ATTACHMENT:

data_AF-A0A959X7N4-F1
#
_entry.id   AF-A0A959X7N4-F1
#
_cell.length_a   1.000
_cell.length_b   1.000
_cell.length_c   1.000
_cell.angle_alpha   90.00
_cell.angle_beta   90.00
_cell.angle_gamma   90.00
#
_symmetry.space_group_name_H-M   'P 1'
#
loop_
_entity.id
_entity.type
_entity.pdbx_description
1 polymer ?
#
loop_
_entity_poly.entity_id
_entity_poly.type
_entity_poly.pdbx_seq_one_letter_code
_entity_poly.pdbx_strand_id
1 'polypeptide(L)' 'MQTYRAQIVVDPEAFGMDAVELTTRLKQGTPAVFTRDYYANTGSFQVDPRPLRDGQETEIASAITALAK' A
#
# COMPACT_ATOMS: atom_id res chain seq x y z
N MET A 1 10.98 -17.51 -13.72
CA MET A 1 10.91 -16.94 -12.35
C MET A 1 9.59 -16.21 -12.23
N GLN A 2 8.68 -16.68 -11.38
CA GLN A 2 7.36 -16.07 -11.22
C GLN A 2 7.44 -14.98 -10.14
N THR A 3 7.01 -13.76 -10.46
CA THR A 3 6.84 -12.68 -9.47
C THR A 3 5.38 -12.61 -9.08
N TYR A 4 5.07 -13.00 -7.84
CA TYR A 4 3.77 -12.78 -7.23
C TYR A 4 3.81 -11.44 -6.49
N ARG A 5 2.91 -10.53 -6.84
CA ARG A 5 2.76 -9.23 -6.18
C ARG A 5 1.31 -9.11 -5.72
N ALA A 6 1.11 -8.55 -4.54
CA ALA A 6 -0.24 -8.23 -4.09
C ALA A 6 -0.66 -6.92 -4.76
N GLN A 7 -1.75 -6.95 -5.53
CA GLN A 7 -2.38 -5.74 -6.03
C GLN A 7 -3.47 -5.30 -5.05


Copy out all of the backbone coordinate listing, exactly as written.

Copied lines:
data_AF-A0A959X7N4-F1
#
_entry.id   AF-A0A959X7N4-F1
#
_cell.length_a   1.000
_cell.length_b   1.000
_cell.length_c   1.000
_cell.angle_alpha   90.00
_cell.angle_beta   90.00
_cell.angle_gamma   90.00
#
_symmetry.space_group_name_H-M   'P 1'
#
loop_
_entity.id
_entity.type
_entity.pdbx_description
1 polymer ?
#
loop_
_entity_poly.entity_id
_entity_poly.type
_entity_poly.pdbx_seq_one_letter_code
_entity_poly.pdbx_strand_id
1 'polypeptide(L)' 'MQTYRAQIVVDPEAFGMDAVELTTRLKQGTPAVFTRDYYANTGSFQVDPRPLRDGQETEIASAITALAK' A
#
# COMPACT_ATOMS: atom_id res chain seq x y z
N MET A 1 10.98 -17.51 -13.72
CA MET A 1 10.91 -16.94 -12.35
C MET A 1 9.59 -16.21 -12.23
N GLN A 2 8.68 -16.68 -11.38
CA GLN A 2 7.36 -16.07 -11.22
C GLN A 2 7.44 -14.98 -10.14
N THR A 3 7.01 -13.76 -10.46
CA THR A 3 6.84 -12.68 -9.47
C THR A 3 5.38 -12.61 -9.08
N TYR A 4 5.07 -13.00 -7.84
CA TYR A 4 3.77 -12.78 -7.23
C TYR A 4 3.81 -11.44 -6.49
N ARG A 5 2.91 -10.53 -6.84
CA ARG A 5 2.76 -9.23 -6.18
C ARG A 5 1.31 -9.11 -5.72
N ALA A 6 1.11 -8.55 -4.54
CA ALA A 6 -0.24 -8.23 -4.09
C ALA A 6 -0.66 -6.92 -4.76
N GLN A 7 -1.75 -6.95 -5.53
CA GLN A 7 -2.38 -5.74 -6.03
C GLN A 7 -3.47 -5.30 -5.05